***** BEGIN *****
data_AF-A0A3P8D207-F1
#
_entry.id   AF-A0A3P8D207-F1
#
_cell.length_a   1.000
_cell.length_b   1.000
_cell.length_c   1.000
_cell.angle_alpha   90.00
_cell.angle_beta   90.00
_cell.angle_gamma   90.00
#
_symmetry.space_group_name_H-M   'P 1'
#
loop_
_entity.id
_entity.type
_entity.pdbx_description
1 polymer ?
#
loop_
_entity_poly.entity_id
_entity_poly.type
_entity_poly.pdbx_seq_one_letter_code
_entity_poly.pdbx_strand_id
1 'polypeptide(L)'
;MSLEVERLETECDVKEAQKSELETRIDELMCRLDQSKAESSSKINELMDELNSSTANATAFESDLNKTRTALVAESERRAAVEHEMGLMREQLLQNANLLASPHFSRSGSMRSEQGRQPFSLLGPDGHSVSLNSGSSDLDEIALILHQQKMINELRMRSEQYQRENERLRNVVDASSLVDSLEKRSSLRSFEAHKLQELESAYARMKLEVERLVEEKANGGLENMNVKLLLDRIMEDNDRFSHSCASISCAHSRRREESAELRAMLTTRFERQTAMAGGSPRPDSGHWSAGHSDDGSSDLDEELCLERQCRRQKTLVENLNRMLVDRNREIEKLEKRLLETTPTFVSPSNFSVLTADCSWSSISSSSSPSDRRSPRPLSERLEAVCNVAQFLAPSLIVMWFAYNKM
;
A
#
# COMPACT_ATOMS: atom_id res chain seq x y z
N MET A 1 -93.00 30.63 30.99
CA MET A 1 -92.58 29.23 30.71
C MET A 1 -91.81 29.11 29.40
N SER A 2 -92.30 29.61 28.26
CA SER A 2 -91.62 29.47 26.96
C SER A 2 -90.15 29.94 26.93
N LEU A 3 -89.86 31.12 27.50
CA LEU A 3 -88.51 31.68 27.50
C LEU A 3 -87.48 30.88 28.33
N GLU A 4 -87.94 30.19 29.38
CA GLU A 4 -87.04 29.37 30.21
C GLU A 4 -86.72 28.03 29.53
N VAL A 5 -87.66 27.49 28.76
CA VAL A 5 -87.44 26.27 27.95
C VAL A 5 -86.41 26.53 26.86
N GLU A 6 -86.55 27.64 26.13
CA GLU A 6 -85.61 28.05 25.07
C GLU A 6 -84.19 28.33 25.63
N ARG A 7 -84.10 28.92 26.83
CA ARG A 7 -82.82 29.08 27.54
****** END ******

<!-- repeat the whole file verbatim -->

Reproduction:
data_AF-A0A3P8D207-F1
#
_entry.id   AF-A0A3P8D207-F1
#
_cell.length_a   1.000
_cell.length_b   1.000
_cell.length_c   1.000
_cell.angle_alpha   90.00
_cell.angle_beta   90.00
_cell.angle_gamma   90.00
#
_symmetry.space_group_name_H-M   'P 1'
#
loop_
_entity.id
_entity.type
_entity.pdbx_description
1 polymer ?
#
loop_
_entity_poly.entity_id
_entity_poly.type
_entity_poly.pdbx_seq_one_letter_code
_entity_poly.pdbx_strand_id
1 'polypeptide(L)'
;MSLEVERLETECDVKEAQKSELETRIDELMCRLDQSKAESSSKINELMDELNSSTANATAFESDLNKTRTALVAESERRAAVEHEMGLMREQLLQNANLLASPHFSRSGSMRSEQGRQPFSLLGPDGHSVSLNSGSSDLDEIALILHQQKMINELRMRSEQYQRENERLRNVVDASSLVDSLEKRSSLRSFEAHKLQELESAYARMKLEVERLVEEKANGGLENMNVKLLLDRIMEDNDRFSHSCASISCAHSRRREESAELRAMLTTRFERQTAMAGGSPRPDSGHWSAGHSDDGSSDLDEELCLERQCRRQKTLVENLNRMLVDRNREIEKLEKRLLETTPTFVSPSNFSVLTADCSWSSISSSSSPSDRRSPRPLSERLEAVCNVAQFLAPSLIVMWFAYNKM
;
A
#
# COMPACT_ATOMS: atom_id res chain seq x y z
N MET A 1 -93.00 30.63 30.99
CA MET A 1 -92.58 29.23 30.71
C MET A 1 -91.81 29.11 29.40
N SER A 2 -92.30 29.61 28.26
CA SER A 2 -91.62 29.47 26.96
C SER A 2 -90.15 29.94 26.93
N LEU A 3 -89.86 31.12 27.50
CA LEU A 3 -88.51 31.68 27.50
C LEU A 3 -87.48 30.88 28.33
N GLU A 4 -87.94 30.19 29.38
CA GLU A 4 -87.04 29.37 30.21
C GLU A 4 -86.72 28.03 29.53
N VAL A 5 -87.66 27.49 28.76
CA VAL A 5 -87.44 26.27 27.95
C VAL A 5 -86.41 26.53 26.86
N GLU A 6 -86.55 27.64 26.13
CA GLU A 6 -85.61 28.05 25.07
C GLU A 6 -84.19 28.33 25.63
N ARG A 7 -84.10 28.92 26.83
CA ARG A 7 -82.82 29.08 27.54